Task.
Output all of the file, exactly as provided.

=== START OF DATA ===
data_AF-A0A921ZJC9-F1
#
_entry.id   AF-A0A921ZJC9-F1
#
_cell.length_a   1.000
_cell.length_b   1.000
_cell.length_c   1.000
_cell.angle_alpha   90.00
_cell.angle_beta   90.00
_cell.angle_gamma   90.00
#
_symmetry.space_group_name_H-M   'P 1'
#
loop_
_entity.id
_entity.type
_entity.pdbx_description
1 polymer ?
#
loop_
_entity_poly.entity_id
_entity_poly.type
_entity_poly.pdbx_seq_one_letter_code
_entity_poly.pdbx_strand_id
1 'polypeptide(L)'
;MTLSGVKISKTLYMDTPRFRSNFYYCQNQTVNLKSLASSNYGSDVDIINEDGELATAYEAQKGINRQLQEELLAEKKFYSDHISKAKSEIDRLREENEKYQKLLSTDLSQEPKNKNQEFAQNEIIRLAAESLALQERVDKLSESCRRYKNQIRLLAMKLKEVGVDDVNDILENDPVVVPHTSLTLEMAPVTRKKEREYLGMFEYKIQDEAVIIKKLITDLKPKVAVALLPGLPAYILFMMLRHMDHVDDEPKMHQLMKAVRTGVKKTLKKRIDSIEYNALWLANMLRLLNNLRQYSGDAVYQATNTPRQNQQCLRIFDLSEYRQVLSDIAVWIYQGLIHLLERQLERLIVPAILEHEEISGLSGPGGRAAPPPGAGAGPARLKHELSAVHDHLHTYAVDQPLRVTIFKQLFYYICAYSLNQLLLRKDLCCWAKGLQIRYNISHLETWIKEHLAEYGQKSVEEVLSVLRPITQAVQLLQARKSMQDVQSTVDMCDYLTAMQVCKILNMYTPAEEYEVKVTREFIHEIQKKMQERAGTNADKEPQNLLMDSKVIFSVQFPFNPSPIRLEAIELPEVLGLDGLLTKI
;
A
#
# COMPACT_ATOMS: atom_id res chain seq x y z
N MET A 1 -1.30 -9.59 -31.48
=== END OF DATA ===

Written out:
data_AF-A0A921ZJC9-F1
#
_entry.id   AF-A0A921ZJC9-F1
#
_cell.length_a   1.000
_cell.length_b   1.000
_cell.length_c   1.000
_cell.angle_alpha   90.00
_cell.angle_beta   90.00
_cell.angle_gamma   90.00
#
_symmetry.space_group_name_H-M   'P 1'
#
loop_
_entity.id
_entity.type
_entity.pdbx_description
1 polymer ?
#
loop_
_entity_poly.entity_id
_entity_poly.type
_entity_poly.pdbx_seq_one_letter_code
_entity_poly.pdbx_strand_id
1 'polypeptide(L)'
;MTLSGVKISKTLYMDTPRFRSNFYYCQNQTVNLKSLASSNYGSDVDIINEDGELATAYEAQKGINRQLQEELLAEKKFYSDHISKAKSEIDRLREENEKYQKLLSTDLSQEPKNKNQEFAQNEIIRLAAESLALQERVDKLSESCRRYKNQIRLLAMKLKEVGVDDVNDILENDPVVVPHTSLTLEMAPVTRKKEREYLGMFEYKIQDEAVIIKKLITDLKPKVAVALLPGLPAYILFMMLRHMDHVDDEPKMHQLMKAVRTGVKKTLKKRIDSIEYNALWLANMLRLLNNLRQYSGDAVYQATNTPRQNQQCLRIFDLSEYRQVLSDIAVWIYQGLIHLLERQLERLIVPAILEHEEISGLSGPGGRAAPPPGAGAGPARLKHELSAVHDHLHTYAVDQPLRVTIFKQLFYYICAYSLNQLLLRKDLCCWAKGLQIRYNISHLETWIKEHLAEYGQKSVEEVLSVLRPITQAVQLLQARKSMQDVQSTVDMCDYLTAMQVCKILNMYTPAEEYEVKVTREFIHEIQKKMQERAGTNADKEPQNLLMDSKVIFSVQFPFNPSPIRLEAIELPEVLGLDGLLTKI
;
A
#
# COMPACT_ATOMS: atom_id res chain seq x y z
N MET A 1 -1.30 -9.59 -31.48